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Our motto: "Critical thinking in the cheap seats." Unbiased, honest classical music and opera opinions, occasional obituaries and classical news reporting, since 2007. All written content © 2019 by Paul J. Pelkonen. For more about Superconductor, visit this link. For advertising rates, click this link. Follow us on Facebook.

Tuesday, August 9, 2016

The Mozart Project: Idomeneo, Re di Creta

Sense, sensibility and yes, sea monsters in Mozart's mythic drama.
by Paul J. Pelkonen
Image from the 1955 Ray Harryhausen picture It Came From Beneath the Sea.
© 1955 Clover Productions Incorporated.
In the year 1780, when Wolfgang Amadeus Mozart was 24 years old, he accepted a commission from the Elector of Bavaria to write a new opera for Carnival season the following year. The result was Idomeneo, re di Creta, his thirteenth opera and the earliest of his stage creations to retain a place in the standard repertory of the world's opera houses. Sprawling over three acts, this is a work of exceptional musical ambition and challenge to its performers, as it was created for the formidable orchestra and cast that were at the Elector's disposal.

Twenty years before, the composer Christoph Willibald Gluck had broken with opera seria tradition, abandoning the excessive ornamentation and old-fashioned da capo aria structure for taut, driving numbers that drove the opera forward with emphasis on dramatic unity. Like Gluck, Mozart went to Greek myth for his libretto, opting for the story if a Cretan king (the titular Idomeneo) forced into the position of having to sacrifice his own son in order to fulfill a sacred vow. The libretto, written by Giambattista Varesco, is not the opera's greatest strength.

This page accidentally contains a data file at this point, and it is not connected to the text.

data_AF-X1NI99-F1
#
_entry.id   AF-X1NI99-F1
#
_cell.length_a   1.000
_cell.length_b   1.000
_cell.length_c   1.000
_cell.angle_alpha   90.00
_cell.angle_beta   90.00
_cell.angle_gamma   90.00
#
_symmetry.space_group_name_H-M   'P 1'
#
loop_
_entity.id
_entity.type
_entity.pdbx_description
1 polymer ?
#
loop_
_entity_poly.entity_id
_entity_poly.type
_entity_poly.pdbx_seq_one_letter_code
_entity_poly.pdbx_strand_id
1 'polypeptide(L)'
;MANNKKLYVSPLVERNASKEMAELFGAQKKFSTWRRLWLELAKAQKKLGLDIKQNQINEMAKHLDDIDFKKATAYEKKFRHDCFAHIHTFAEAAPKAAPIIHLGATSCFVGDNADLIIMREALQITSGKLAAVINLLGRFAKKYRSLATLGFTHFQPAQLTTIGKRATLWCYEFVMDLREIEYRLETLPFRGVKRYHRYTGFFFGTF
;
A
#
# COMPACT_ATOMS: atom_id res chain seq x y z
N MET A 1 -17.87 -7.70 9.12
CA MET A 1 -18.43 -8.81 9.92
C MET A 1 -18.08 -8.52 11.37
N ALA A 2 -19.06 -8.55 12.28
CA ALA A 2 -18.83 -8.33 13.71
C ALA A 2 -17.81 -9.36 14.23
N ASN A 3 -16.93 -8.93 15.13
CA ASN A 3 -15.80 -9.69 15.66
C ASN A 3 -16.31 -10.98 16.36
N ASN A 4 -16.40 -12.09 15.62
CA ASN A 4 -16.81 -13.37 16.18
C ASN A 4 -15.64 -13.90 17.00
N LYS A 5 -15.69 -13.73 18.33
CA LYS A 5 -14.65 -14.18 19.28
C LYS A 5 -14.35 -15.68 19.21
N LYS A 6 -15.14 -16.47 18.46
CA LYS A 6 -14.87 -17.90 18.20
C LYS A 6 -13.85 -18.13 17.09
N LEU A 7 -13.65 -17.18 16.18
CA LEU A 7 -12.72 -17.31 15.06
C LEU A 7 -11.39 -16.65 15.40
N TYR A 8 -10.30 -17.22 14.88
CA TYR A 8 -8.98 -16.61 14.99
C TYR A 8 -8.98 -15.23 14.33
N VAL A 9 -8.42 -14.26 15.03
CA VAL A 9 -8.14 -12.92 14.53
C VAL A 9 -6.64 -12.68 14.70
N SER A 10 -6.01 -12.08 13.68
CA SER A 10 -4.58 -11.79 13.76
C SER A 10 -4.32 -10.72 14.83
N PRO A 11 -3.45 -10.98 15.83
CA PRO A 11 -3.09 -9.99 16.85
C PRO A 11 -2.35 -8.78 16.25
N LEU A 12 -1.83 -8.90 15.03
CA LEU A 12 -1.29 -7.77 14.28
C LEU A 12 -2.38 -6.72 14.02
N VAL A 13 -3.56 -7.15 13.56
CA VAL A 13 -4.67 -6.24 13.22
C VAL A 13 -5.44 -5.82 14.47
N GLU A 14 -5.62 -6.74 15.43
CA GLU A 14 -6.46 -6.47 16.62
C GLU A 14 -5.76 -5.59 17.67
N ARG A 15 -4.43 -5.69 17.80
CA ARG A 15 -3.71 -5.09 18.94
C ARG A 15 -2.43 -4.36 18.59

Idomeneo is returning from the Trojan War when his ship is wrecked. He lands on the beach, and swears to Neptune, the god of the sea that he will sacrifice the next living creature he meets. He meets but does not recognize his son Idamante. The opera's plot turns on Idomeneo's crisis, made more difficult when a sea monster appears (offstage) and starts eating innocent bystanders. A subplot involves the Greek princess Elettra and her frustrated love for Idamante, one of the great crazed heroine parts and a kind of precursor of the Queen of the Night Eventually, Neptune forgives Idomeneo , Idamante becomes king, and the opera ends happily for everyone not named Elettra.

Although a performance of this opera can last up to four hours, it is a long immersion in Mozart at his most ambitious in terms of style and creativity. Heroic arias for these larger-than-life characters (particularly Elettra) show Mozart improving on the so-called "classical" style, creating a new rule book for composers.  There are important choral parts throughout the opera, and the orchestra indulges in descriptive passages, marches and ballets that contribute to the sense of pageantry but more importantly move the drama forward with the force of a hurrying wind.

The roles are all demanding, particularly Idomeneo, Elettra and Idamante, a part written for castrato and today most often sung by a mezzo-soprano. (Older recordings, as discussed below, substituted a light tenor, a solution Mozart himself condoned in a 1786 revival in Vienna.) Elettra's great aria "D'Oreste di Arsace" was not performed at the premiere but it is now considered a cornerstone of the work. In other words, it is up to the conductor and director to decide which music from the different versions of Idomeneo that they want to include.